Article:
Warning Signs of Low Testosterone

Warning Signs of Low Testosterone

Rohit Dwivedi, M.D. Written By : Rohit Dwivedi, M.D.   ✓ Fact Checked

It’s natural for testosterone levels to decline as men age, but sometimes low testosterone can cause symptoms ranging from low sex drive to depression. This article explains what happens when you have low testosterone.

It is essential to understand what testosterone is before getting into the signs and symptoms of low testosterone.

Testosterone is the male hormone responsible for sexual organs development and masculinity features.

For instance, during puberty, it is responsible for developing features such as facial hair, deep voice, and muscular strength.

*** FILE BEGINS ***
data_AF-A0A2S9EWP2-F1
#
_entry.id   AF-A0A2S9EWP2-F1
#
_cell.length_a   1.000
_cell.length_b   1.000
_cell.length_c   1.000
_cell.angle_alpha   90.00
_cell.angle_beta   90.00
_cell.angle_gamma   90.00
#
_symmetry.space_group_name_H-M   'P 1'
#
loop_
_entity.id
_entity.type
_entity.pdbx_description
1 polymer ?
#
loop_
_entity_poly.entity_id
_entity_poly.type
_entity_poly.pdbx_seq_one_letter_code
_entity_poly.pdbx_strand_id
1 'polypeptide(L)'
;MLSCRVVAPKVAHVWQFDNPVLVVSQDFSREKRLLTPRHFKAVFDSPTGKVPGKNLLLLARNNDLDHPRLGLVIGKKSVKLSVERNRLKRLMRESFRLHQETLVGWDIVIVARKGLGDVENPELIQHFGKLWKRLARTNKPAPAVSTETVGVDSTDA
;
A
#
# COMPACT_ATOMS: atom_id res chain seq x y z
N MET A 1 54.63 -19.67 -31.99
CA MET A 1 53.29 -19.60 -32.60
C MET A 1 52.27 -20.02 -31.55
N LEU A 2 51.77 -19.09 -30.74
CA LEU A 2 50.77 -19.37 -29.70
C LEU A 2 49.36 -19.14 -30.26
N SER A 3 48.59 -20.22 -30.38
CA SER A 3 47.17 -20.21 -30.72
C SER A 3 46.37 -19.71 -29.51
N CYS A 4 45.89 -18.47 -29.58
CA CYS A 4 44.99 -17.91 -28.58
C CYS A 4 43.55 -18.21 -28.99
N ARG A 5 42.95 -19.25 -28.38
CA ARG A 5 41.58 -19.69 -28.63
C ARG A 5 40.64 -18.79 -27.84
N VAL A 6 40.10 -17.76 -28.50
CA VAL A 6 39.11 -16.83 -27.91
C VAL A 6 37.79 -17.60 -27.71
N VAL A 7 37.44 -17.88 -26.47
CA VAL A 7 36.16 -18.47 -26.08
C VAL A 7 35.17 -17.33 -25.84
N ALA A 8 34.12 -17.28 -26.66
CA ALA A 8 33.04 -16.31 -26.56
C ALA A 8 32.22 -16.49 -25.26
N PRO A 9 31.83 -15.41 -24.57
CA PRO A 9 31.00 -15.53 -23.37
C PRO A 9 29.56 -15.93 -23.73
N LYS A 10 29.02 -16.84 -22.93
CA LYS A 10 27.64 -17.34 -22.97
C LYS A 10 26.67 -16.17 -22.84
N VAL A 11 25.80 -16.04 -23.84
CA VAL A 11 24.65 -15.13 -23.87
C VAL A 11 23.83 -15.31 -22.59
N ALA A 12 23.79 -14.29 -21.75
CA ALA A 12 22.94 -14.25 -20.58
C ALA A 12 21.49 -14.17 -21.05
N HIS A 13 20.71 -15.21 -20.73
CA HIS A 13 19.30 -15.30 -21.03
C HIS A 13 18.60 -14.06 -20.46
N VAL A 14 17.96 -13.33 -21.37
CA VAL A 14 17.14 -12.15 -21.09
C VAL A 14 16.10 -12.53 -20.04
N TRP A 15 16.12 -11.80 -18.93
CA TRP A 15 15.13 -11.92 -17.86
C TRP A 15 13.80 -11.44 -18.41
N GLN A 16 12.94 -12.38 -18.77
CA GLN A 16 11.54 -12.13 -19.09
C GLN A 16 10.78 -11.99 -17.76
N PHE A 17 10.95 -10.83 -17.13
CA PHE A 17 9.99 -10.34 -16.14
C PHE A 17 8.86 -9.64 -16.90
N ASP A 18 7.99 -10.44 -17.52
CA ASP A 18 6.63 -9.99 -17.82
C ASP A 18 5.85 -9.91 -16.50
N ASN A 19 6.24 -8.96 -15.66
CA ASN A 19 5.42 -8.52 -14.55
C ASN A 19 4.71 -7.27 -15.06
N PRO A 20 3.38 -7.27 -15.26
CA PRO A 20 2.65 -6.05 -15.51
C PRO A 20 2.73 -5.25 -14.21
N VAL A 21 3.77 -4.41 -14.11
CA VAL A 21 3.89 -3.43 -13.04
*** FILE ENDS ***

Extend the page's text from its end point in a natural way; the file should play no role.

It is also crucial for energy, bone mass, muscle growth, mood, sleep, fat loss, stamina, and sex drive and sperm quality.

The production of testosterone naturally decreases with age.

After the age of 30, men realise a one percent decrease in their T-levels every year.

What Does Low Testosterone Mean?

Low testosterone, also known as male hypogonadism, is a condition where testes do not produce enough testosterone.

The American Urology Association (AUA) 1 identifies low testosterone as T-levels below 300 nanograms per deciliter (ng/dl).

The normal testosterone levels range between 300 to 1000ng/dl on the lower limit and 1000 to 1200ng/dl on the upper limit.

Low testosterone is associated with various symptoms such as low sex drive, hair loss, mood changes, and fatigue among others